HSAA/NUPGE donates $10,000 while board member flies out to help disaster victims.
Edmonton (18 Nov. 2013) – The Health Sciences Association of Alberta (HSAA/NUPGE) is contributing $10,000 to help victims of Typhoon Haiyan in the Philippines, while a member of its board flies out to the country as part of a medical relief team.
Health care union understands need for on the ground support and expertise in emergency situations
“As health-care workers, many of whom work in emergency situations, we have some understanding of what is needed when disaster strikes,” says Elisabeth Ballermann, HSAA President, the union that represents nearly 25,000 paramedical, technical, professional and general support employees in health care.
“Our board made a decision to donate $10,000 from our Humanitarian Fund to Canadian Medical Assistance Teams (CMAT), a registered charity that sends volunteer relief team to disasters all over the world. One of our own board members has been deployed to join a CMAT heading to the Philippines on Sunday,” she says.
Public service workers part of the Canadian Medical Assistance Team
Michael Parker, HSAA board member and a paramedic in Edmonton, will be heading to the Philippines with his wife, Beverly, who is a registered nurse.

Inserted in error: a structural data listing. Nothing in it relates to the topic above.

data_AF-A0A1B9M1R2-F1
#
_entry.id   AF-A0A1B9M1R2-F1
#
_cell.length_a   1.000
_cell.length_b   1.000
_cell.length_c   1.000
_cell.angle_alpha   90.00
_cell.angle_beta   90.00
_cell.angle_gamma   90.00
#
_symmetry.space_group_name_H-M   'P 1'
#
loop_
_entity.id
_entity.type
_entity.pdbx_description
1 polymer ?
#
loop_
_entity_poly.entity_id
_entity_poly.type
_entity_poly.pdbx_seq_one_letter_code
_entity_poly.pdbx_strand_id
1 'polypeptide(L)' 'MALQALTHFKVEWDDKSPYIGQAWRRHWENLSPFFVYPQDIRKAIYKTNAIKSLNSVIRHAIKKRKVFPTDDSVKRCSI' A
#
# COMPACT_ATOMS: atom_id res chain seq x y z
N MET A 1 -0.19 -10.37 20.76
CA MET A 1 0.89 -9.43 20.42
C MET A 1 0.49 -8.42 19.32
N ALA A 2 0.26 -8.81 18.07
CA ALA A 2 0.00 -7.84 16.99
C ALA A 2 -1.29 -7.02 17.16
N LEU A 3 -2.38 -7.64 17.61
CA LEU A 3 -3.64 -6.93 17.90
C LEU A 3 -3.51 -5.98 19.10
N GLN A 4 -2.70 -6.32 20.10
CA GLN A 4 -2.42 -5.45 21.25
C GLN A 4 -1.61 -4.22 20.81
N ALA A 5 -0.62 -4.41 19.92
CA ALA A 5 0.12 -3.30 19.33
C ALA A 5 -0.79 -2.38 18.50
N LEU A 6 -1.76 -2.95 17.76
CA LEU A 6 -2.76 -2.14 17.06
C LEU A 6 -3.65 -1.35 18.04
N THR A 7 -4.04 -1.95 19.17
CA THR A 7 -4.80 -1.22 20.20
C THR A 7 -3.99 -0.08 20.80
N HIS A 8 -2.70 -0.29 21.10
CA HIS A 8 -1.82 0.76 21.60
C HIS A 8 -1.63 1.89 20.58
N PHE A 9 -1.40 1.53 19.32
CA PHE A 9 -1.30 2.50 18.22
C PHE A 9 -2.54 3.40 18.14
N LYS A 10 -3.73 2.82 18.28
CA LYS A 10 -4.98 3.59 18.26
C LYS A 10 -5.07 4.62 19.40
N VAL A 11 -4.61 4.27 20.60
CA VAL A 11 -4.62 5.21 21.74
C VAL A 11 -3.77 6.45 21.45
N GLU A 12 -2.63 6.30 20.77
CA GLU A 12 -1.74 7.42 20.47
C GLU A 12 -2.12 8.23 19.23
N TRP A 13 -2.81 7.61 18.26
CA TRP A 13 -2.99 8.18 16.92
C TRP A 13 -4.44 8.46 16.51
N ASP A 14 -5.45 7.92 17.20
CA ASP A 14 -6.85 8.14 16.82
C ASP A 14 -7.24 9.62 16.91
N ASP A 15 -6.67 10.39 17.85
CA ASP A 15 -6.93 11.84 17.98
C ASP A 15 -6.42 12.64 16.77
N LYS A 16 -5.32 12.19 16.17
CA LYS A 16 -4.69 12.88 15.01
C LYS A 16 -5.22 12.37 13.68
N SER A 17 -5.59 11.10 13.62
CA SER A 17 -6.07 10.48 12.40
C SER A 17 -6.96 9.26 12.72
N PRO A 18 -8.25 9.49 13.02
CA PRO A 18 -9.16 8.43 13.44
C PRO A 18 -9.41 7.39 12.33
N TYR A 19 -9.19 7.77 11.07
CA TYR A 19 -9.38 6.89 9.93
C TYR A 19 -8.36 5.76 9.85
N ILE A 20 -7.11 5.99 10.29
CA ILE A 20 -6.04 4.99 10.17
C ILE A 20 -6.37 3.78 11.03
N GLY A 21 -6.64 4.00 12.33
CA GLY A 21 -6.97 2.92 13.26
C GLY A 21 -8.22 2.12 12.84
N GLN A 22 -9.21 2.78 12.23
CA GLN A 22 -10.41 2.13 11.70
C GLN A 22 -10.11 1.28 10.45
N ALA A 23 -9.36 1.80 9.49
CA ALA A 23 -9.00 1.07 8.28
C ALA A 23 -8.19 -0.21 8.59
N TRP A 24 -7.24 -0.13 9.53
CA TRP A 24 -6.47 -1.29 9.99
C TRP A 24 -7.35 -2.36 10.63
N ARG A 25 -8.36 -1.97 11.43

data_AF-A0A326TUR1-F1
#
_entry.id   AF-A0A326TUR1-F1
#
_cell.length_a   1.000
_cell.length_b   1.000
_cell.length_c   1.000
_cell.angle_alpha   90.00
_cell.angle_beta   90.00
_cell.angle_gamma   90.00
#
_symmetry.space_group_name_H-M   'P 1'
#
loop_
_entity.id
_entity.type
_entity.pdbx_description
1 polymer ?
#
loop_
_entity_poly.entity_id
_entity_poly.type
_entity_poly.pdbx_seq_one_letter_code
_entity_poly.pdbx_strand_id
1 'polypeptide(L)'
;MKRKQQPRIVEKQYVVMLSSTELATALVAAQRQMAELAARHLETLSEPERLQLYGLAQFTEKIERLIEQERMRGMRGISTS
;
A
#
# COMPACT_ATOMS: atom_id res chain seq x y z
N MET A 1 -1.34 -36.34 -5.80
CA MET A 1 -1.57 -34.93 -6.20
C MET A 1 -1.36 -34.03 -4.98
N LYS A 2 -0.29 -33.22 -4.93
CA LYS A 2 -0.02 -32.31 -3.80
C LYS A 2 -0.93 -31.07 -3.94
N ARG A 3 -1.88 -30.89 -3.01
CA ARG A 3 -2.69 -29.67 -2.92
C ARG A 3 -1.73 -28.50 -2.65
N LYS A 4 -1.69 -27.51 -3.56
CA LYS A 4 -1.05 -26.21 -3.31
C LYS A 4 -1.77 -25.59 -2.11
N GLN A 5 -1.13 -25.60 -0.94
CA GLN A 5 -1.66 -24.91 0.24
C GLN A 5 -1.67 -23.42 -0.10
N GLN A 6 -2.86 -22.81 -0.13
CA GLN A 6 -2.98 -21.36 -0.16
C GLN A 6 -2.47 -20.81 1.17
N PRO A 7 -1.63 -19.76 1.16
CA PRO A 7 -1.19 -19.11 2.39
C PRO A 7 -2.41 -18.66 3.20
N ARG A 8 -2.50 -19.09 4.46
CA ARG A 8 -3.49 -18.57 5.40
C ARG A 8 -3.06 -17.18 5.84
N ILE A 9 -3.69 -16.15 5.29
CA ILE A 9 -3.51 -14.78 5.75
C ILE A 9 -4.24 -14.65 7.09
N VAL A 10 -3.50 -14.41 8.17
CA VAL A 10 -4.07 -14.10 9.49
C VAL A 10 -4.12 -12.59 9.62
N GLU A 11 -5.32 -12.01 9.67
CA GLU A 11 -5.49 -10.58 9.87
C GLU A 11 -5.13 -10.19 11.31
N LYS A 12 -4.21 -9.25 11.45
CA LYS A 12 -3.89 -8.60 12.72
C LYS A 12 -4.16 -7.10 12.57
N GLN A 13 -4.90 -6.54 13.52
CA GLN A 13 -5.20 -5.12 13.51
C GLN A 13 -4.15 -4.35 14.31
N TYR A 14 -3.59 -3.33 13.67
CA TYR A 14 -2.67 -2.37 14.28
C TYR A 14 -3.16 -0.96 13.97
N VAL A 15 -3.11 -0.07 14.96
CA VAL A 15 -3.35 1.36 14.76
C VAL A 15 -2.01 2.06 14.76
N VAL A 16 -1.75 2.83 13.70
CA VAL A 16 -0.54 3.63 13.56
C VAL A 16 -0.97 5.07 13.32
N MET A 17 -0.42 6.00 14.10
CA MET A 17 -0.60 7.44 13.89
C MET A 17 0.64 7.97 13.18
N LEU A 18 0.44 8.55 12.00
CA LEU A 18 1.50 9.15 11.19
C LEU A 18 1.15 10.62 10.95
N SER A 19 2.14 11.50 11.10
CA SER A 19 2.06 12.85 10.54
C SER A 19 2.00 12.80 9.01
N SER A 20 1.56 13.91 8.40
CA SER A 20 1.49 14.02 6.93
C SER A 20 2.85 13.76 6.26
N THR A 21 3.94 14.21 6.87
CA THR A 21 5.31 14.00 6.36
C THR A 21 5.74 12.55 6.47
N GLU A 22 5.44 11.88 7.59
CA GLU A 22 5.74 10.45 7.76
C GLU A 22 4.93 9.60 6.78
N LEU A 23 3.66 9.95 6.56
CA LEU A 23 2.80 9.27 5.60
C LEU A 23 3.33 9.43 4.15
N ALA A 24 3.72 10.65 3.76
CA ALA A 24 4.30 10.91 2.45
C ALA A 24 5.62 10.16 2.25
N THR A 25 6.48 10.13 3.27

“We will be flying out on Sunday and heading to the city Cebu in the Philippines,” says Parker. “We will be working as part of a CMAT team operating out of mobile hospitals in the area. We will do all we can to help the victims of this terrible typhoon.”
Thousands have died as a result of the disaster, with many thousands more injured and estimates of more than half a million people displaced.
Union members caring go beyond boundaries
“I’m grateful to be part of a union that recognizes the need to help out people even if they are a long way from home. I’m sure the sizable cash donation is something all of our members support. I’m also grateful to my employer, Alberta Health Services (AHS) for making it possible for me to go,” says Parker.
“Our members do great work saving lives in Alberta every day. It’s only natural that we want to help save lives overseas when disaster strikes,” he says.